Oklahoma State Re-Establishing Itself As National Powerhouse
After winning back-to-back Women’s College World Series titles with Florida as an assistant, Kenny Gajewski decided to accept the head coach position at Oklahoma State in June 2015, and has quickly brought the Cowgirls back into the national spotlight.
Expectations weren’t going to be lowered, and Gajewski knew Oklahoma State could become a national softball powerhouse once again.
“We just need time,” Gajewski said. “It doesn’t happen overnight.”
Since Gajewski's hiring, the Cowgirls have made the postseason every season and have steadily improved from a 32-26 (Big 12 6-11) record in 2016 to 45-17 (13-5) in 2019 with a WCWS appearance, to the present day with the Cowgirls at 42-9 (15-3) and the No. 5 seed in the NCAA Tournament.
“The history of this program is truly unbelievable in the 80s and 90s,” said Michele Smith, an Olympian and former Cowgirl great. “I am just glad that there is a coach in there that is really building the program.”
Gajewski wants to bring Oklahoma State back to the heights it reached when Sandy Fischer was the head coach. And when he was hired, Gajewski knew he had to act promptly.
Gajewksi was on the recruiting trail with Florida in Chattanooga, Tenn., when Oklahoma State Athletic Director Mike Holder offered him the position as he sat outside the complex on a picnic bench.
After that, he changed hotels and went to offer now Cowgirl graduate transfer Alysen Febrey a scholarship in Peachtree, Ga. Gajewski, then, had a long night ahead.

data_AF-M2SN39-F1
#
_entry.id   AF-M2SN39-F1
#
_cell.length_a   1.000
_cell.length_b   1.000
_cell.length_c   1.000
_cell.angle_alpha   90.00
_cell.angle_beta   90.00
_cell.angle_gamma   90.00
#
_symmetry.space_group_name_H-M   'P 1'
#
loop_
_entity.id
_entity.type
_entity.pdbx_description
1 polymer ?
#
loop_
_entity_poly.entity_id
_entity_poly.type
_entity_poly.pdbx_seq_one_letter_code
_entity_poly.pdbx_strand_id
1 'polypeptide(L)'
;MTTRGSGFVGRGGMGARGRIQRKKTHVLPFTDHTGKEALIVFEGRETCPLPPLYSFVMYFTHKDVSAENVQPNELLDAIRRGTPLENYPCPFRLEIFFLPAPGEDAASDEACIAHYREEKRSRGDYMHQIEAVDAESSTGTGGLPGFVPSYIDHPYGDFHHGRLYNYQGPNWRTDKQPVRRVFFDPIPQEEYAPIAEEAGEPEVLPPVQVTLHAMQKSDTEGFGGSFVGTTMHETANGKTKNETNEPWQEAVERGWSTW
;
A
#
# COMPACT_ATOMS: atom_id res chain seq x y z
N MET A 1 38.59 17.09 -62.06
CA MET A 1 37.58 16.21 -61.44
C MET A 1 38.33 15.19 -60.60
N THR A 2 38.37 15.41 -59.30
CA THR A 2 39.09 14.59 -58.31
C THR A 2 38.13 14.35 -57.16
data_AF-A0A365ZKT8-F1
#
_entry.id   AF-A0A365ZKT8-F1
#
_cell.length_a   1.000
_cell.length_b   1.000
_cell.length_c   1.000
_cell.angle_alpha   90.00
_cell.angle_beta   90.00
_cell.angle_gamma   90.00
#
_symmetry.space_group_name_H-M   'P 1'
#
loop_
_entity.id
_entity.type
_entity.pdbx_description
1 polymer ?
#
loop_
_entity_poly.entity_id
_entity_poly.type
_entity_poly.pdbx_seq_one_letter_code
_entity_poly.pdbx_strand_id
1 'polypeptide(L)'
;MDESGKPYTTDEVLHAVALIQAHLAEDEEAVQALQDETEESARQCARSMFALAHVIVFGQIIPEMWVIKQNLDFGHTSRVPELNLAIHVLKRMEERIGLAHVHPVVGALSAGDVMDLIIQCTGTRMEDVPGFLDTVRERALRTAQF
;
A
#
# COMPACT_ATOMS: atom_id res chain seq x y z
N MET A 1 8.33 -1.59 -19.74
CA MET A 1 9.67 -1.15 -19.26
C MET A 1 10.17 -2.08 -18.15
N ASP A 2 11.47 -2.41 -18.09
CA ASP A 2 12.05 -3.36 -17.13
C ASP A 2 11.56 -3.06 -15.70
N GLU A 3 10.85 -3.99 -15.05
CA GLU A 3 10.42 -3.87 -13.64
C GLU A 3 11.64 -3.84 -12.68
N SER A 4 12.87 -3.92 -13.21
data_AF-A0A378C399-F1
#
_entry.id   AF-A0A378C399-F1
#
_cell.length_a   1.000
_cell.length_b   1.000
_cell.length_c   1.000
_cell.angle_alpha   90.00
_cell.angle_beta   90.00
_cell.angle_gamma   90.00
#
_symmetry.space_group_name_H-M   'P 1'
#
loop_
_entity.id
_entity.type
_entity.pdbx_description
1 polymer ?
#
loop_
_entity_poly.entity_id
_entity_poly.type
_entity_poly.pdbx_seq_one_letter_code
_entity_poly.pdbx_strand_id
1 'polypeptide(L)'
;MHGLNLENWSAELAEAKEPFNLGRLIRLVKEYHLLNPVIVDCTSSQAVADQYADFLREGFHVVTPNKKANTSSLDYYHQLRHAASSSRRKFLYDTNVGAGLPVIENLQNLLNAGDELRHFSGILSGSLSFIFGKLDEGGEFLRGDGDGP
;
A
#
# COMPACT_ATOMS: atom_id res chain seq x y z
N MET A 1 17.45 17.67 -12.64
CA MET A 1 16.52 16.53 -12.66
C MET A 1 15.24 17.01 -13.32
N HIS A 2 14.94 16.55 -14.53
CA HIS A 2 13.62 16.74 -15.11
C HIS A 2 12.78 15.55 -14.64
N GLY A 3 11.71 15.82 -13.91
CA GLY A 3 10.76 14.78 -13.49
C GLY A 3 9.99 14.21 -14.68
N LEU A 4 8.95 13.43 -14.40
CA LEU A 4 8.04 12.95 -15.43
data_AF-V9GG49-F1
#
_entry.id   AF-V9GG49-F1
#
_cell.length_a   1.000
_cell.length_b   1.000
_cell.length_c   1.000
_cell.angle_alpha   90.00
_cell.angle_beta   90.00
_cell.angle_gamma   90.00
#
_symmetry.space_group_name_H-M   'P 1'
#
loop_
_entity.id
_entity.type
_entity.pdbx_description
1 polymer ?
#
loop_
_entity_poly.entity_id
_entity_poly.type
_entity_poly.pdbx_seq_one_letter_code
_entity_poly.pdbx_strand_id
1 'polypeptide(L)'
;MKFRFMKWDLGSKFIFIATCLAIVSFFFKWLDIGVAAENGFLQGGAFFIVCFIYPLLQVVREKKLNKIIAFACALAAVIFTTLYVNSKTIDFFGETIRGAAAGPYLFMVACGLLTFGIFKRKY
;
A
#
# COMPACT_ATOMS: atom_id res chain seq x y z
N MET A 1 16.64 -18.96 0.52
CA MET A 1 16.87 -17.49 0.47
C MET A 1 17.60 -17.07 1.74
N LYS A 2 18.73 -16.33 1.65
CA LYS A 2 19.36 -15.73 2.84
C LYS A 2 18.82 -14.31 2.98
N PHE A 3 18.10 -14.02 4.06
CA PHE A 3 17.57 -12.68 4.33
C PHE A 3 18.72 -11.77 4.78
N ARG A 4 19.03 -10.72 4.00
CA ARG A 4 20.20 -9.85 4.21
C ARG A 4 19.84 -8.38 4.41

“I just thought, I have to get on the phone with these kids immediately,” Gajewski said. “... I just went back to the hotel and went down the (OSU) roster and started making phone calls one-by-one.”
Gajewski didn’t prioritize the order of his phone calls, but probably the most important call he made was to then-freshman Vanessa Shippy—who finished her Cowgirl career as a three-time All-American and a two-time All-Big 12 Player of the Year—to convince her to stay in Stillwater, Okla.
“After my freshman season when I was headed home, I remember thinking, ‘This is going to be my last time in Stillwater,’” Shippy said. “I held on, and Kenny called me pretty quickly and the rest is history. He convinced me that we were going to win and be competitive, and that is all I wanted. I wanted a college experience where I felt that I was going to make a difference somewhere.
“... It is crazy to have this conversation now because of how much Stillwater means to me, and how much it has changed my life, but I almost left. I really almost did.”
Currently a volunteer assistant coach with the program, Shippy added that it is night and day from the program she walked into as a freshman.
“It is awesome to see the turnaround, and just how quickly it has happened,” Shippy said.
Next for Gajewski was to put history back on the walls and to get all the alumnae involved, reconnecting both aspects at Cowgirl Stadium in Stillwater.